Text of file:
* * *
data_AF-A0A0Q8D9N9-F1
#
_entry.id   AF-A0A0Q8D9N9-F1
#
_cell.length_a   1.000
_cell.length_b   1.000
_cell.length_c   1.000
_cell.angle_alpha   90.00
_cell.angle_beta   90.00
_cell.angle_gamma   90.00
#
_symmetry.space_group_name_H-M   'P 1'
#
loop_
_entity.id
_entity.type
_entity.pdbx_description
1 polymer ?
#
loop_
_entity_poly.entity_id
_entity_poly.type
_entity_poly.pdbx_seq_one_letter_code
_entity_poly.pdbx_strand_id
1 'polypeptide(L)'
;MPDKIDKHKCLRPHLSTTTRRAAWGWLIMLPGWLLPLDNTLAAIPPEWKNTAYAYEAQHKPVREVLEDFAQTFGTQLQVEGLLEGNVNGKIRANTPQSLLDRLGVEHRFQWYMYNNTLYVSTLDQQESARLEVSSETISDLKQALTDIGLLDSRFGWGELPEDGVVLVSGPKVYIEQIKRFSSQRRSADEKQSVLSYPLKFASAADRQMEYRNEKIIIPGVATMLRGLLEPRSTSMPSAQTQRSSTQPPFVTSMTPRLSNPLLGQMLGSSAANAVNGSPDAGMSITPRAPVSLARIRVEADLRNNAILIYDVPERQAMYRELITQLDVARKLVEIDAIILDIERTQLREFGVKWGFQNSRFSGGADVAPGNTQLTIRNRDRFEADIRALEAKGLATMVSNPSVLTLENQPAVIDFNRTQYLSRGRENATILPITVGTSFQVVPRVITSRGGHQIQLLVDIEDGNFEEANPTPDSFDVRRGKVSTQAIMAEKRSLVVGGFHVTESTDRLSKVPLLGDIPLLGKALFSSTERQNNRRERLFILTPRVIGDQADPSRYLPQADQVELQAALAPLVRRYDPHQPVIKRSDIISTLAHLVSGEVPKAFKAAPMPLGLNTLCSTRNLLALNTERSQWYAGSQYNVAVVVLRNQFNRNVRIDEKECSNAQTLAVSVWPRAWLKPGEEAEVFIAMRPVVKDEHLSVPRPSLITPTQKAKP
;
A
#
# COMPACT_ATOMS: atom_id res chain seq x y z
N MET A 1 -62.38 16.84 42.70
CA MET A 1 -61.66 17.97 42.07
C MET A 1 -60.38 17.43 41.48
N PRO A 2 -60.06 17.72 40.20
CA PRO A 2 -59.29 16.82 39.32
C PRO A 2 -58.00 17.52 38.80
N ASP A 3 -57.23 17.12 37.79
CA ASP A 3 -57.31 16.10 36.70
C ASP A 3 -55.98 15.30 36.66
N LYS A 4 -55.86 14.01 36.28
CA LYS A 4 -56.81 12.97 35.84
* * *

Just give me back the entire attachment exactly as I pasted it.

data_AF-A0A0Q8D9N9-F1
#
_entry.id   AF-A0A0Q8D9N9-F1
#
_cell.length_a   1.000
_cell.length_b   1.000
_cell.length_c   1.000
_cell.angle_alpha   90.00
_cell.angle_beta   90.00
_cell.angle_gamma   90.00
#
_symmetry.space_group_name_H-M   'P 1'
#
loop_
_entity.id
_entity.type
_entity.pdbx_description
1 polymer ?
#
loop_
_entity_poly.entity_id
_entity_poly.type
_entity_poly.pdbx_seq_one_letter_code
_entity_poly.pdbx_strand_id
1 'polypeptide(L)'
;MPDKIDKHKCLRPHLSTTTRRAAWGWLIMLPGWLLPLDNTLAAIPPEWKNTAYAYEAQHKPVREVLEDFAQTFGTQLQVEGLLEGNVNGKIRANTPQSLLDRLGVEHRFQWYMYNNTLYVSTLDQQESARLEVSSETISDLKQALTDIGLLDSRFGWGELPEDGVVLVSGPKVYIEQIKRFSSQRRSADEKQSVLSYPLKFASAADRQMEYRNEKIIIPGVATMLRGLLEPRSTSMPSAQTQRSSTQPPFVTSMTPRLSNPLLGQMLGSSAANAVNGSPDAGMSITPRAPVSLARIRVEADLRNNAILIYDVPERQAMYRELITQLDVARKLVEIDAIILDIERTQLREFGVKWGFQNSRFSGGADVAPGNTQLTIRNRDRFEADIRALEAKGLATMVSNPSVLTLENQPAVIDFNRTQYLSRGRENATILPITVGTSFQVVPRVITSRGGHQIQLLVDIEDGNFEEANPTPDSFDVRRGKVSTQAIMAEKRSLVVGGFHVTESTDRLSKVPLLGDIPLLGKALFSSTERQNNRRERLFILTPRVIGDQADPSRYLPQADQVELQAALAPLVRRYDPHQPVIKRSDIISTLAHLVSGEVPKAFKAAPMPLGLNTLCSTRNLLALNTERSQWYAGSQYNVAVVVLRNQFNRNVRIDEKECSNAQTLAVSVWPRAWLKPGEEAEVFIAMRPVVKDEHLSVPRPSLITPTQKAKP
;
A
#
# COMPACT_ATOMS: atom_id res chain seq x y z
N MET A 1 -62.38 16.84 42.70
CA MET A 1 -61.66 17.97 42.07
C MET A 1 -60.38 17.43 41.48
N PRO A 2 -60.06 17.72 40.20
CA PRO A 2 -59.29 16.82 39.32
C PRO A 2 -58.00 17.52 38.80
N ASP A 3 -57.23 17.12 37.79
CA ASP A 3 -57.31 16.10 36.70
C ASP A 3 -55.98 15.30 36.66
N LYS A 4 -55.86 14.01 36.28
CA LYS A 4 -56.81 12.97 35.84